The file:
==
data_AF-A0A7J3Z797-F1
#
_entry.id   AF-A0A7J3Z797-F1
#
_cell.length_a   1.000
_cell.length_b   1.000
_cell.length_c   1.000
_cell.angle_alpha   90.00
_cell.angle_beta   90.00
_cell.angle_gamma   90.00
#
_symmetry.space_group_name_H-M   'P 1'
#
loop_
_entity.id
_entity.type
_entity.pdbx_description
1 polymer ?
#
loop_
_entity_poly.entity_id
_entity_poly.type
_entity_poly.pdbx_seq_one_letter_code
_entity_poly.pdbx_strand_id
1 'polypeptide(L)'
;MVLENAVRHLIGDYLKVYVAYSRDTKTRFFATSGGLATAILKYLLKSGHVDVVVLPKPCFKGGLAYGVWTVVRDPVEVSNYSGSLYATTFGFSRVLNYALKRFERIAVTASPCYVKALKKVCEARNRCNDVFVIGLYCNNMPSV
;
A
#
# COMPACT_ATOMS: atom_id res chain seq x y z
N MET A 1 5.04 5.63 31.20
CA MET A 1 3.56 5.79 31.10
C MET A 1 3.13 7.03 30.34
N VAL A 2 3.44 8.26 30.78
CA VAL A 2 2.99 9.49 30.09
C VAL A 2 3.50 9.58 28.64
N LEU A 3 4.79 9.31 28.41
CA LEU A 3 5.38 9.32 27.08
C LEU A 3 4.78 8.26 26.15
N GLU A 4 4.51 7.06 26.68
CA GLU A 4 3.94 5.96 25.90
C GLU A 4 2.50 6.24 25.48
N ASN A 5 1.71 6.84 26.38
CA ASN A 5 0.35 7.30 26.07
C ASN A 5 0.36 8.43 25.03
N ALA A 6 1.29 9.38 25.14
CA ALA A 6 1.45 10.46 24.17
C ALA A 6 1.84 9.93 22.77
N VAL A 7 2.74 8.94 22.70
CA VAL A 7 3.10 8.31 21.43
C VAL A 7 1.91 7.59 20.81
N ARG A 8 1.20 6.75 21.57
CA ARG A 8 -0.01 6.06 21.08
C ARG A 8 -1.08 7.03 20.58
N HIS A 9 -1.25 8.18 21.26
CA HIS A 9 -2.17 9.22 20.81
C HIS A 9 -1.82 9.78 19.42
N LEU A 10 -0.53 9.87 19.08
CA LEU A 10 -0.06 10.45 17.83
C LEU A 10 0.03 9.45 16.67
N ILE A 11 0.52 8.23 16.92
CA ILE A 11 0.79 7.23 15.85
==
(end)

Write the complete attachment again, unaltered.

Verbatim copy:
data_AF-A0A7J3Z797-F1
#
_entry.id   AF-A0A7J3Z797-F1
#
_cell.length_a   1.000
_cell.length_b   1.000
_cell.length_c   1.000
_cell.angle_alpha   90.00
_cell.angle_beta   90.00
_cell.angle_gamma   90.00
#
_symmetry.space_group_name_H-M   'P 1'
#
loop_
_entity.id
_entity.type
_entity.pdbx_description
1 polymer ?
#
loop_
_entity_poly.entity_id
_entity_poly.type
_entity_poly.pdbx_seq_one_letter_code
_entity_poly.pdbx_strand_id
1 'polypeptide(L)'
;MVLENAVRHLIGDYLKVYVAYSRDTKTRFFATSGGLATAILKYLLKSGHVDVVVLPKPCFKGGLAYGVWTVVRDPVEVSNYSGSLYATTFGFSRVLNYALKRFERIAVTASPCYVKALKKVCEARNRCNDVFVIGLYCNNMPSV
;
A
#
# COMPACT_ATOMS: atom_id res chain seq x y z
N MET A 1 5.04 5.63 31.20
CA MET A 1 3.56 5.79 31.10
C MET A 1 3.13 7.03 30.34
N VAL A 2 3.44 8.26 30.78
CA VAL A 2 2.99 9.49 30.09
C VAL A 2 3.50 9.58 28.64
N LEU A 3 4.79 9.31 28.41
CA LEU A 3 5.38 9.32 27.08
C LEU A 3 4.78 8.26 26.15
N GLU A 4 4.51 7.06 26.68
CA GLU A 4 3.94 5.96 25.90
C GLU A 4 2.50 6.24 25.48
N ASN A 5 1.71 6.84 26.38
CA ASN A 5 0.35 7.30 26.07
C ASN A 5 0.36 8.43 25.03
N ALA A 6 1.29 9.38 25.14
CA ALA A 6 1.45 10.46 24.17
C ALA A 6 1.84 9.93 22.77
N VAL A 7 2.74 8.94 22.70
CA VAL A 7 3.10 8.31 21.43
C VAL A 7 1.91 7.59 20.81
N ARG A 8 1.20 6.75 21.57
CA ARG A 8 -0.01 6.06 21.08
C ARG A 8 -1.08 7.03 20.58
N HIS A 9 -1.25 8.18 21.26
CA HIS A 9 -2.17 9.22 20.81
C HIS A 9 -1.82 9.78 19.42
N LEU A 10 -0.53 9.87 19.08
CA LEU A 10 -0.06 10.45 17.83
C LEU A 10 0.03 9.45 16.67
N ILE A 11 0.52 8.23 16.92
CA ILE A 11 0.79 7.23 15.85